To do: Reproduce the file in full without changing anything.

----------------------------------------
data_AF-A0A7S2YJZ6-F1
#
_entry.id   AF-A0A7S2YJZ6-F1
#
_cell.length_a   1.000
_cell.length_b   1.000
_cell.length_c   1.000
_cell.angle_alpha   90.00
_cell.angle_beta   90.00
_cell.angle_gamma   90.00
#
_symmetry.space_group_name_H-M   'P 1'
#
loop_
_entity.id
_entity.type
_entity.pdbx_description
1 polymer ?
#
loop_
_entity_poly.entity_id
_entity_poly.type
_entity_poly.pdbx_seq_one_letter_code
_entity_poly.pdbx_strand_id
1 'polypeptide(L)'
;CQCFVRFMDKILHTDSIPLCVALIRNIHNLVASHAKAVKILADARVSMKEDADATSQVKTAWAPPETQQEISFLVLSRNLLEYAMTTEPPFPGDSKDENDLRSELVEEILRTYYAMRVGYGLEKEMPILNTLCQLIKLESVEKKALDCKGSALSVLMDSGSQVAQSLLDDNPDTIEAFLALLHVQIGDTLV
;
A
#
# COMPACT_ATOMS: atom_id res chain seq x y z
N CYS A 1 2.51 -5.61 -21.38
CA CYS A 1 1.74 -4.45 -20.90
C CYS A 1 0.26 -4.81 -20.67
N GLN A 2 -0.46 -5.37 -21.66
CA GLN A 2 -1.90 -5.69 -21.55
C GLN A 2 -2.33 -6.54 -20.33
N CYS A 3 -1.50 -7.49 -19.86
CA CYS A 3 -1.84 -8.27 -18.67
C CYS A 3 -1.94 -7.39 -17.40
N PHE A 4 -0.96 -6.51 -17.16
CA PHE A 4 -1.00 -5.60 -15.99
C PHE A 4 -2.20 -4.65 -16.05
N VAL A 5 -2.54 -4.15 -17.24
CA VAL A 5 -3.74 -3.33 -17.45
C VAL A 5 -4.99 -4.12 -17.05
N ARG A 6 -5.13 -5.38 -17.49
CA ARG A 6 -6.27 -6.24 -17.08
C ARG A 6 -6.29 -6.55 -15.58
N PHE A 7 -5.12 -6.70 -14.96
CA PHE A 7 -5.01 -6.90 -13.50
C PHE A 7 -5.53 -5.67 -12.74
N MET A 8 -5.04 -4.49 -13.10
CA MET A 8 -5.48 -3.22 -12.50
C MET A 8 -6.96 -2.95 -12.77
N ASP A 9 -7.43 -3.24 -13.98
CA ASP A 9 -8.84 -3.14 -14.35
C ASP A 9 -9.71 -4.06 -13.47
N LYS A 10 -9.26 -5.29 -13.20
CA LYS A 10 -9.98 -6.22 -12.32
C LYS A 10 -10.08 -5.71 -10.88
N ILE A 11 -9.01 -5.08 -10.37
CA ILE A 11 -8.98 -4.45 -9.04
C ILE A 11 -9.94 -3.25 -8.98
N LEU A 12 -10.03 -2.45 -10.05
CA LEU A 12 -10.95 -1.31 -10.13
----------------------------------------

data_AF-A0A7S2YJZ6-F1
#
_entry.id   AF-A0A7S2YJZ6-F1
#
_cell.length_a   1.000
_cell.length_b   1.000
_cell.length_c   1.000
_cell.angle_alpha   90.00
_cell.angle_beta   90.00
_cell.angle_gamma   90.00
#
_symmetry.space_group_name_H-M   'P 1'
#
loop_
_entity.id
_entity.type
_entity.pdbx_description
1 polymer ?
#
loop_
_entity_poly.entity_id
_entity_poly.type
_entity_poly.pdbx_seq_one_letter_code
_entity_poly.pdbx_strand_id
1 'polypeptide(L)'
;CQCFVRFMDKILHTDSIPLCVALIRNIHNLVASHAKAVKILADARVSMKEDADATSQVKTAWAPPETQQEISFLVLSRNLLEYAMTTEPPFPGDSKDENDLRSELVEEILRTYYAMRVGYGLEKEMPILNTLCQLIKLESVEKKALDCKGSALSVLMDSGSQVAQSLLDDNPDTIEAFLALLHVQIGDTLV
;
A
#
# COMPACT_ATOMS: atom_id res chain seq x y z
N CYS A 1 2.51 -5.61 -21.38
CA CYS A 1 1.74 -4.45 -20.90
C CYS A 1 0.26 -4.81 -20.67
N GLN A 2 -0.46 -5.37 -21.66
CA GLN A 2 -1.90 -5.69 -21.55
C GLN A 2 -2.33 -6.54 -20.33
N CYS A 3 -1.50 -7.49 -19.86
CA CYS A 3 -1.84 -8.27 -18.67
C CYS A 3 -1.94 -7.39 -17.40
N PHE A 4 -0.96 -6.51 -17.16
CA PHE A 4 -1.00 -5.60 -15.99
C PHE A 4 -2.20 -4.65 -16.05
N VAL A 5 -2.54 -4.15 -17.24
CA VAL A 5 -3.74 -3.33 -17.45
C VAL A 5 -4.99 -4.12 -17.05
N ARG A 6 -5.13 -5.38 -17.49
CA ARG A 6 -6.27 -6.24 -17.08
C ARG A 6 -6.29 -6.55 -15.58
N PHE A 7 -5.12 -6.70 -14.96
CA PHE A 7 -5.01 -6.90 -13.50
C PHE A 7 -5.53 -5.67 -12.74
N MET A 8 -5.04 -4.49 -13.10
CA MET A 8 -5.48 -3.22 -12.50
C MET A 8 -6.96 -2.95 -12.77
N ASP A 9 -7.43 -3.24 -13.98
CA ASP A 9 -8.84 -3.14 -14.35
C ASP A 9 -9.71 -4.06 -13.47
N LYS A 10 -9.26 -5.29 -13.20
CA LYS A 10 -9.98 -6.22 -12.32
C LYS A 10 -10.08 -5.71 -10.88
N ILE A 11 -9.01 -5.08 -10.37
CA ILE A 11 -8.98 -4.45 -9.04
C ILE A 11 -9.94 -3.25 -8.98
N LEU A 12 -10.03 -2.45 -10.05
CA LEU A 12 -10.95 -1.31 -10.13